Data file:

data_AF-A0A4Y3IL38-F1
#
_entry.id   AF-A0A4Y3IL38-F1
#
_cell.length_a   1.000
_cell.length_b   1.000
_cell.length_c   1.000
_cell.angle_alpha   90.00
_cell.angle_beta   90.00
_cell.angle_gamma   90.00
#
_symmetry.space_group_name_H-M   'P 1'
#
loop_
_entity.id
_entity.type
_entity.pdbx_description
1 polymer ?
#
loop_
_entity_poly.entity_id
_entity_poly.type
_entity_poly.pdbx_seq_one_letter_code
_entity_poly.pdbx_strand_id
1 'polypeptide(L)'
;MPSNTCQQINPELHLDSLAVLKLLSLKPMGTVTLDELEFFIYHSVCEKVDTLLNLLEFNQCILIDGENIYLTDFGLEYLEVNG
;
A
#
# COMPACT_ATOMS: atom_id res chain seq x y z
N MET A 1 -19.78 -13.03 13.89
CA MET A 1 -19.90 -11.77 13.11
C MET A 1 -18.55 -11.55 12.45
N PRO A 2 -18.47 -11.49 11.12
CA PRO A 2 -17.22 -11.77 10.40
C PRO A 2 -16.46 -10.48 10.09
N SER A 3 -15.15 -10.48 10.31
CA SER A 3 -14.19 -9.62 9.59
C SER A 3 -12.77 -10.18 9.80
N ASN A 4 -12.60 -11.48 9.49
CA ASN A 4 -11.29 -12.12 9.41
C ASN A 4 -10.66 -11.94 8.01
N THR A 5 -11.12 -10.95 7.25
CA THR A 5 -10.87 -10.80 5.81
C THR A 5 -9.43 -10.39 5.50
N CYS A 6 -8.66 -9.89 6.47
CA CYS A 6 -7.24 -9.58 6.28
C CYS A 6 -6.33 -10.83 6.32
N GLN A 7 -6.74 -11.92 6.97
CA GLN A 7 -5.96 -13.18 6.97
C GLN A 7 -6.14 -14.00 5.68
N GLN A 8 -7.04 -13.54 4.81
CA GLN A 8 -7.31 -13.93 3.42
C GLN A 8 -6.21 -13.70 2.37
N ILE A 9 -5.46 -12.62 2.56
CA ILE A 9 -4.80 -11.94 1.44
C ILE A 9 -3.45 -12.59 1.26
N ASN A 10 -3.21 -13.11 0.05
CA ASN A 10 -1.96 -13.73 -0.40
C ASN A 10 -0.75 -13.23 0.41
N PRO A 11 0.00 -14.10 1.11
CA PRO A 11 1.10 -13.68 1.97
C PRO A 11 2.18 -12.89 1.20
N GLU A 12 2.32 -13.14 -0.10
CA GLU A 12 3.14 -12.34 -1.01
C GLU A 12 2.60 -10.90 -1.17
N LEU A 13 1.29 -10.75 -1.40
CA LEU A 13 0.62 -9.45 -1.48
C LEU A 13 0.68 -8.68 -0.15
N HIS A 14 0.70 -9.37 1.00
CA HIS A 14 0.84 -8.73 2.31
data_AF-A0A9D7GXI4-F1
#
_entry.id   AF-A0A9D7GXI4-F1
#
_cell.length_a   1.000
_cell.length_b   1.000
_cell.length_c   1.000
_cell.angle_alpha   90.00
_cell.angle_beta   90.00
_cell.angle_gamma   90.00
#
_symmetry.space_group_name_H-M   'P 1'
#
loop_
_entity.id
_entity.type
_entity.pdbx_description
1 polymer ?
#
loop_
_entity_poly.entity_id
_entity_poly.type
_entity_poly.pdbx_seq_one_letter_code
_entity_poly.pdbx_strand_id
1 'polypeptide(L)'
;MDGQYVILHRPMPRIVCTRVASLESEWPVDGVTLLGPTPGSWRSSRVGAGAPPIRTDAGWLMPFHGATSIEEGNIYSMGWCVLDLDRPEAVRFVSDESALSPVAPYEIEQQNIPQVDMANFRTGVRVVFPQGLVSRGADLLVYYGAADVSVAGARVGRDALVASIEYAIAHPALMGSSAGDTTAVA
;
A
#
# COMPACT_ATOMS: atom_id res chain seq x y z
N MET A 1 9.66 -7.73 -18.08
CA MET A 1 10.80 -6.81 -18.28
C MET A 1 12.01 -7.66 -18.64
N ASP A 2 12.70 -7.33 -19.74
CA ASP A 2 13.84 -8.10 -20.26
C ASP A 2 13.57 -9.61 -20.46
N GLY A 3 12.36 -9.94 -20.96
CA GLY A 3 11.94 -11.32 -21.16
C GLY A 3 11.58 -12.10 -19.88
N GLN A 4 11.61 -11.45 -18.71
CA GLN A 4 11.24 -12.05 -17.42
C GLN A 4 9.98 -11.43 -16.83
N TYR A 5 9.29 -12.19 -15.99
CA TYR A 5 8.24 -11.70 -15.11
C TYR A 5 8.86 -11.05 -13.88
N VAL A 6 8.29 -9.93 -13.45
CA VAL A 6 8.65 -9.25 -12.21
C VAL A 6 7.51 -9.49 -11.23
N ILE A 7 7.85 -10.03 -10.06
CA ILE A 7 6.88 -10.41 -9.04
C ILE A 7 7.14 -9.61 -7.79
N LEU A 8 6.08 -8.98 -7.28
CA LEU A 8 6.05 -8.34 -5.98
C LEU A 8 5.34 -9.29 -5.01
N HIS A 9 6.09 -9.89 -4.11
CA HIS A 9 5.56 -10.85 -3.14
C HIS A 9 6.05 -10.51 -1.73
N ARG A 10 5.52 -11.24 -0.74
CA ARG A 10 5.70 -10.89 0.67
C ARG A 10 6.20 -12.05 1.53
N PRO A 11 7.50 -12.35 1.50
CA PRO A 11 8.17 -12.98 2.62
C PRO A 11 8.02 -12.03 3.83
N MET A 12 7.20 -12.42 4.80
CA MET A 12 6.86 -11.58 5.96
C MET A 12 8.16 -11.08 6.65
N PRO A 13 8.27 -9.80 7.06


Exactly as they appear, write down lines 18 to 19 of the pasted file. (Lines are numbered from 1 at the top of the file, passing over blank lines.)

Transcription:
1 polymer ?
#